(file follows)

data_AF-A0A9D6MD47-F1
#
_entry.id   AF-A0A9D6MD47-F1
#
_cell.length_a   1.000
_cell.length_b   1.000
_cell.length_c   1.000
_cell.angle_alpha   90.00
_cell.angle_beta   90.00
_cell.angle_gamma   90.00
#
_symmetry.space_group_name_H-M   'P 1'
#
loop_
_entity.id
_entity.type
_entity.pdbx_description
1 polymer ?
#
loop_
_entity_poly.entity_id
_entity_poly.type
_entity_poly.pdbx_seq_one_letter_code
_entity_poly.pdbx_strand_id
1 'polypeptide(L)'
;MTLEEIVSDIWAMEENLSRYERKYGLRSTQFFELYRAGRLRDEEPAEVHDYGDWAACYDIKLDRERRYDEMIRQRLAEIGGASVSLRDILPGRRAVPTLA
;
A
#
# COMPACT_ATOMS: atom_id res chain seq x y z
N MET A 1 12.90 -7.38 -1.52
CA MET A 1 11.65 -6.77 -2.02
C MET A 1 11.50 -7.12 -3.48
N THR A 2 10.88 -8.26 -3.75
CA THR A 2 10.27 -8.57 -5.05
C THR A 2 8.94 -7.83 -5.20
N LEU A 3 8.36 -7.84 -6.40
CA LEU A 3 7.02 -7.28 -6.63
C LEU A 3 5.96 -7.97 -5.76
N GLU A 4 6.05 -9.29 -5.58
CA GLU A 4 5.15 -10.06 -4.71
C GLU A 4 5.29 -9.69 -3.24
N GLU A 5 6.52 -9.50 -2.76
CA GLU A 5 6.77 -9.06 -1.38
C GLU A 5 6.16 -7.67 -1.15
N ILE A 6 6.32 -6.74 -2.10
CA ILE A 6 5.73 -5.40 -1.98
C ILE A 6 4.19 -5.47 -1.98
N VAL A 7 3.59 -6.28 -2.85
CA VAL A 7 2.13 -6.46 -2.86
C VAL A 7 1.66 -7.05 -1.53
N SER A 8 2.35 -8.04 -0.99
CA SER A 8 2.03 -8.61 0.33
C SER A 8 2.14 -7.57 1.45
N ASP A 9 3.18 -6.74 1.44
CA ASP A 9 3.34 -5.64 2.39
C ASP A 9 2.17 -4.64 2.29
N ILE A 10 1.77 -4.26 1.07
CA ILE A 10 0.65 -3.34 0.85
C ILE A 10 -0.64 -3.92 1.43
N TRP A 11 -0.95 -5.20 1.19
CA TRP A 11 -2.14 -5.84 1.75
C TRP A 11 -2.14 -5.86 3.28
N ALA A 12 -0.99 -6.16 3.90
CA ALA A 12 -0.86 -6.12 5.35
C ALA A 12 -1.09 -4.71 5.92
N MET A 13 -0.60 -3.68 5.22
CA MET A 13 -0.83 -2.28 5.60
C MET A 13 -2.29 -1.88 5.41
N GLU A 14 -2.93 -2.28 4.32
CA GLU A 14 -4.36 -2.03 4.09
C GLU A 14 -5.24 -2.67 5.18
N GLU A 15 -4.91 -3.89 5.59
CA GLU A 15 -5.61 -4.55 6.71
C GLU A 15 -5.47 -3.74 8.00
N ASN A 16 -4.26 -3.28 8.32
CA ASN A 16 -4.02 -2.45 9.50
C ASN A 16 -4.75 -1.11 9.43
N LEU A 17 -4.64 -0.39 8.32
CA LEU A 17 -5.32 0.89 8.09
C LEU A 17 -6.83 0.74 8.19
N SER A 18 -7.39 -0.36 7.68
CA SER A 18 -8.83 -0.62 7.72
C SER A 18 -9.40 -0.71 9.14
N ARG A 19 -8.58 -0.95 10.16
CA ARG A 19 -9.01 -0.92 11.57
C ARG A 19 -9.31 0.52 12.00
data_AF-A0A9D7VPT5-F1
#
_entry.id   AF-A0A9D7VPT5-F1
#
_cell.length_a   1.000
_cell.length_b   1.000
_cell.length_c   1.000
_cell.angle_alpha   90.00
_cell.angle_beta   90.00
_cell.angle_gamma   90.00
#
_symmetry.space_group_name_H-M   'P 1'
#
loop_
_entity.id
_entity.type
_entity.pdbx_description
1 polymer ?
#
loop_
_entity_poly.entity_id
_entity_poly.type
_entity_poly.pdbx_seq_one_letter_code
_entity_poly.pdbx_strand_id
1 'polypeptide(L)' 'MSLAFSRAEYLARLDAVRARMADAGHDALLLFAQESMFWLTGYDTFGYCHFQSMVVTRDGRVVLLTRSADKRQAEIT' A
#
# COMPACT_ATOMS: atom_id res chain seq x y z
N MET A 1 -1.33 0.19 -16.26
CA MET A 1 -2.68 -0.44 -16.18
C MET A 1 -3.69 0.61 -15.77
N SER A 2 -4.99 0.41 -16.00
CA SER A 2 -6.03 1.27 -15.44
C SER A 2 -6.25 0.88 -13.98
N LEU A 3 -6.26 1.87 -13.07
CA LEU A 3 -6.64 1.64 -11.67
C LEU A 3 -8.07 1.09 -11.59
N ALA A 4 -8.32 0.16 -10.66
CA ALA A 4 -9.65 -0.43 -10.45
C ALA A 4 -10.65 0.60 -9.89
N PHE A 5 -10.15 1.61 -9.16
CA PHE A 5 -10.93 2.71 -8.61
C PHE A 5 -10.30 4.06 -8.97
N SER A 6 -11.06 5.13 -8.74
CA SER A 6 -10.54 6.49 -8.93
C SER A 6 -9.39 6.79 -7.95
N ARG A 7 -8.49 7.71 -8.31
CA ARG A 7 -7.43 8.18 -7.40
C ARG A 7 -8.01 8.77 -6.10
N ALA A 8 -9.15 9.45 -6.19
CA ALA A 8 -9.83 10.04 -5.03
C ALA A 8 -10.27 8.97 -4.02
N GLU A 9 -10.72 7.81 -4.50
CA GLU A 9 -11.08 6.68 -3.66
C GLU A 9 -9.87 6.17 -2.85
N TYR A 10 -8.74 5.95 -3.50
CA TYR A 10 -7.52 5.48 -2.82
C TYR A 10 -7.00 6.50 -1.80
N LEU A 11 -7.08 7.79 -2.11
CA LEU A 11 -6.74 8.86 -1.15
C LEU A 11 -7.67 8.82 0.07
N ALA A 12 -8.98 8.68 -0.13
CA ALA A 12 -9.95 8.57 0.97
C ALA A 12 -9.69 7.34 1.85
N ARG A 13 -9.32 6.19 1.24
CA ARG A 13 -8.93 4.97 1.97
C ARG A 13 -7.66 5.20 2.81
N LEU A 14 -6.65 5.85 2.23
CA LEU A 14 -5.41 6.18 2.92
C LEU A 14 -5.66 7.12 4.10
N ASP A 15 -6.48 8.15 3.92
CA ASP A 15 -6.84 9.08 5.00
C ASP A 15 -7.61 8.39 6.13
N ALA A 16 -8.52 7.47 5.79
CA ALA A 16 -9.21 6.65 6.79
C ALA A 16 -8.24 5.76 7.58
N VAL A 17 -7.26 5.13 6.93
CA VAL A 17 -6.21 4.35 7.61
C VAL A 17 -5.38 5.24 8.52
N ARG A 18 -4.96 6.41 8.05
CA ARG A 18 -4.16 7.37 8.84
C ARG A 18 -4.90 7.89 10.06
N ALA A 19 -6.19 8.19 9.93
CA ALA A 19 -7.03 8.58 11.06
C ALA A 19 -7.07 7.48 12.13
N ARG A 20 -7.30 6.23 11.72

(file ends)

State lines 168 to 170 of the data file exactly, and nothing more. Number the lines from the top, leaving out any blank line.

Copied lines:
C ARG A 18 -4.90 7.89 10.06
N ALA A 19 -6.19 8.19 9.93
CA ALA A 19 -7.03 8.58 11.06